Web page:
Khadija Saye (1992-2017)
Artist's Resale Right ("Droit de Suite"). Artist's… Read more PROPERTY SOLD TO BENEFIT THE KHADIJA SAYE INTOARTS PROGRAMME
Khadija Saye (1992-2017)

Nak Bejjen (from the series Dwelling: in this space we breathe)

Khadija Saye (1992-2017)
Nak Bejjen (from the series Dwelling: in this space we breathe)
wet collodian tintype
9 5/8 x 7 5/8in. (24.5 x 19.5cm.)
Executed in 2017
The Estate of Khadija Saye, London.
Venice, Venice Biennale, The 57th International Art Exhibition, Diaspora Pavilion, 2017.
Special notice

Artist's Resale Right ("Droit de Suite"). Artist's Resale Right Regulations 2006 apply to this lot, the buyer agrees to pay us an amount equal to the resale royalty provided for in those Regulations, and we undertake to the buyer to pay such amount to the artist's collection agent.
Post lot text
A proportion of the proceeds from this lot will be donated to benefit the Khadija Saye IntoArts Programme.

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Alexandra Werner

Lot Essay

‘Her warm and genuine interest and connection to other people’s stories, particularly those who come from marginalised backgrounds or immigrant origins; the astuteness of her questioning; her ability to clearly and creatively express herself; the gentleness of her presence; and, most especially, the brightness of her laughter – Khadija’s life, her talents and the work she left behind, should continue to be celebrated widely.’ – Anthony Luvera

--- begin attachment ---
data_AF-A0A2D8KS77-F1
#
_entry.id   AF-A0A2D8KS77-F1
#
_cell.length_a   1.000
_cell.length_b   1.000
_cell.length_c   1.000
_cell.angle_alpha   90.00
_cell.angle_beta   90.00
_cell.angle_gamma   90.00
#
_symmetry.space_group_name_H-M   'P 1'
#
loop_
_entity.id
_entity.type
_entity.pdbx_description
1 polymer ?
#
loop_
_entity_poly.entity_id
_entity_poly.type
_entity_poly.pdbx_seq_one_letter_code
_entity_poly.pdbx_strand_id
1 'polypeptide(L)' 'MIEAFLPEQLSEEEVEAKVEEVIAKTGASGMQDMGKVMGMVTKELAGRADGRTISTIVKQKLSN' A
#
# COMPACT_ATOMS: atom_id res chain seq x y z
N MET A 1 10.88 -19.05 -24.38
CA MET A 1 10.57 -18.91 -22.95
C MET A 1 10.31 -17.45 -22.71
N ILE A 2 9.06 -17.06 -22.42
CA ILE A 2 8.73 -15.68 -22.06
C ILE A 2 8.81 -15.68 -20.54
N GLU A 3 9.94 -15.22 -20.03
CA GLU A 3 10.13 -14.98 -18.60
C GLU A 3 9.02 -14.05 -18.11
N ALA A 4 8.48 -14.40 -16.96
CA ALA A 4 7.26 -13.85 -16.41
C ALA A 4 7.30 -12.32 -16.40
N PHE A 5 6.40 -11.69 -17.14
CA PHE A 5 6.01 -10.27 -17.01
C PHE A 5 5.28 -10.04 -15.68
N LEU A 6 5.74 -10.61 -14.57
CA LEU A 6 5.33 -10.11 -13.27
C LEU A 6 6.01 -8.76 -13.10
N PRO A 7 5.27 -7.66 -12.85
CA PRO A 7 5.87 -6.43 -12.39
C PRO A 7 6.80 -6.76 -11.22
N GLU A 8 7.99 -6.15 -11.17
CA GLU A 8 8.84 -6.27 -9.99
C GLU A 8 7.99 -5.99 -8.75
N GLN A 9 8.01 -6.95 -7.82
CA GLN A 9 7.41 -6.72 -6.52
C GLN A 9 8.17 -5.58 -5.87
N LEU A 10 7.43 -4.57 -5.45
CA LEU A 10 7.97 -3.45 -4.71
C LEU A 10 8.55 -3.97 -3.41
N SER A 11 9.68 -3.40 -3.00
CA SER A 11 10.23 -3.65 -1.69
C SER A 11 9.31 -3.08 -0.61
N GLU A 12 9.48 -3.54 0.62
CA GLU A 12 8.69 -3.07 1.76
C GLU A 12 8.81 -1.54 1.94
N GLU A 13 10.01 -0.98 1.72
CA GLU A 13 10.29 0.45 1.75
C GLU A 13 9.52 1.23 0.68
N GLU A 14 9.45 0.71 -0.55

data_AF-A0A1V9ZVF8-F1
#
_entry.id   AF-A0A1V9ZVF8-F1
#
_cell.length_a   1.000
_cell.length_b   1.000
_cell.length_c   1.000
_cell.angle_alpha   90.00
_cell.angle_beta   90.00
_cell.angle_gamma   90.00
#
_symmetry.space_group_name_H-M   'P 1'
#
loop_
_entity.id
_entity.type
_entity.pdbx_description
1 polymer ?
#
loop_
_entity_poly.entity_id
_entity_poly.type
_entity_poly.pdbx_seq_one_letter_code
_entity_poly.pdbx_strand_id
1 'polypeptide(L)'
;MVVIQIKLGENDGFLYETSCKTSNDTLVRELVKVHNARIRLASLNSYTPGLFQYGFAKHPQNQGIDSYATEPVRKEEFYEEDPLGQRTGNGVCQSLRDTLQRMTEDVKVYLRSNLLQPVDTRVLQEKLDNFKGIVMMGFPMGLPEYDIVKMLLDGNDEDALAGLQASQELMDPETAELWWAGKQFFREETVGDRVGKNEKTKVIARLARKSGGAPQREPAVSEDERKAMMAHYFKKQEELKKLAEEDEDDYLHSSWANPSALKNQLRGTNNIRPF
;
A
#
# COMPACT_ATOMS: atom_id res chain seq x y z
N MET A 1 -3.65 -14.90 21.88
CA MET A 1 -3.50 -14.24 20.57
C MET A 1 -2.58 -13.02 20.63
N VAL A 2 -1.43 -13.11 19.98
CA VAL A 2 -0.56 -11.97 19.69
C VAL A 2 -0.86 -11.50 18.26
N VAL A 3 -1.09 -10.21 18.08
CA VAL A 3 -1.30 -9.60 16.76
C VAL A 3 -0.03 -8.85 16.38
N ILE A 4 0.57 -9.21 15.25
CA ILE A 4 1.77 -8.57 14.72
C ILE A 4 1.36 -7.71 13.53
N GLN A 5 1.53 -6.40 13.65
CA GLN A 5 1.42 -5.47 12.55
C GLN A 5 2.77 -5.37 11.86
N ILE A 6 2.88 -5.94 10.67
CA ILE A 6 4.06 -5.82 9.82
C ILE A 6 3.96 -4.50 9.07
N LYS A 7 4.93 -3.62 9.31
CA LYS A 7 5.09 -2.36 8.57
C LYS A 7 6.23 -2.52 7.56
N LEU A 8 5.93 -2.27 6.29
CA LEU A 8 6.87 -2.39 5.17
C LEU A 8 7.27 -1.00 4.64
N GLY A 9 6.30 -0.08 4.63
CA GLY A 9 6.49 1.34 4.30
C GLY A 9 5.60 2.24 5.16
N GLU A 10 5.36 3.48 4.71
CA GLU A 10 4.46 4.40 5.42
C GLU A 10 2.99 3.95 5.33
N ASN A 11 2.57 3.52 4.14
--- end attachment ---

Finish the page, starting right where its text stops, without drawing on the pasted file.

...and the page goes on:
Khadija Saye, (30.7.92 – 14.6.17) also known as Ya-Haddy Sisi Saye was a Gambian-British artist who died in the Grenfell Tower Fire on 14 June 2017, aged 24. Despite her young age she had already achieved recognition as a hugely talented artist. She was honoured to be the youngest exhibitor in the Diaspora Pavilion at the Venice Biennale 2017, where her works were hanging alongside those of well established artists such as Isaac Julien and Yinka Shonibare. Ofers to exhibit and to buy her work were immediate. During 2016-17 Saye developed a series of 9 tintypes for the Diaspora Pavilion titled Dwelling: in this space we breathe exploring the ‘migration of traditional Gambian spiritual practices’. Saye was only able to exhibit six of these in the Pavilion and she agonised over which to choose. This series was part of an interrogation of her heritage and mixed faith background visible in her previous photographic work. Her parents were both from the Gambia; her mother, who died with her in the fire, was a Christian and her father, who survives her, is Muslim. She described her practice as a means to explore ‘the deep -rooted urge to find solace in a higher power.’ Saye’s medium for this work was wet plate collodian tintype which is a precarious, fragile method of printing. She said: ‘Taking inspiration from the development of portraiture in the 15th century, I wanted to investigate how a portrait could function as a way of announcing one’s piety, virtue, soul, and prosperity’. By working for the first time with volatile tintypes, a medium so easily affected by elements outside of the control of the artist, the theme of surrendering control to a higher power, was somehow exemplified within the materiality of the work. In 2017, in collaboration with master printer Matthew Rich, Jealous and The Studio of Nicola Green, Saye created a silkscreen print of Southiou, one of the tintypes, using a high- resolution raw scan. Khadija was excited by the process of making one of her tintypes into a silkscreen print, and was overjoyed when the edition was complete. It is an edition of 50, signed numbered and dated by the artist. We are delighted that the raw scans of the other 8 tintypes have been recovered and used to make a portfolio set of nine silkscreen prints, including the original signed silkscreen print of Southiou. The subsequent 8 prints have been made using the exact same methods and process. We are honoured to present the first of the fifty complete portfolio sets of the nine images originally made for the Diaspora Pavilion. -Nicola Green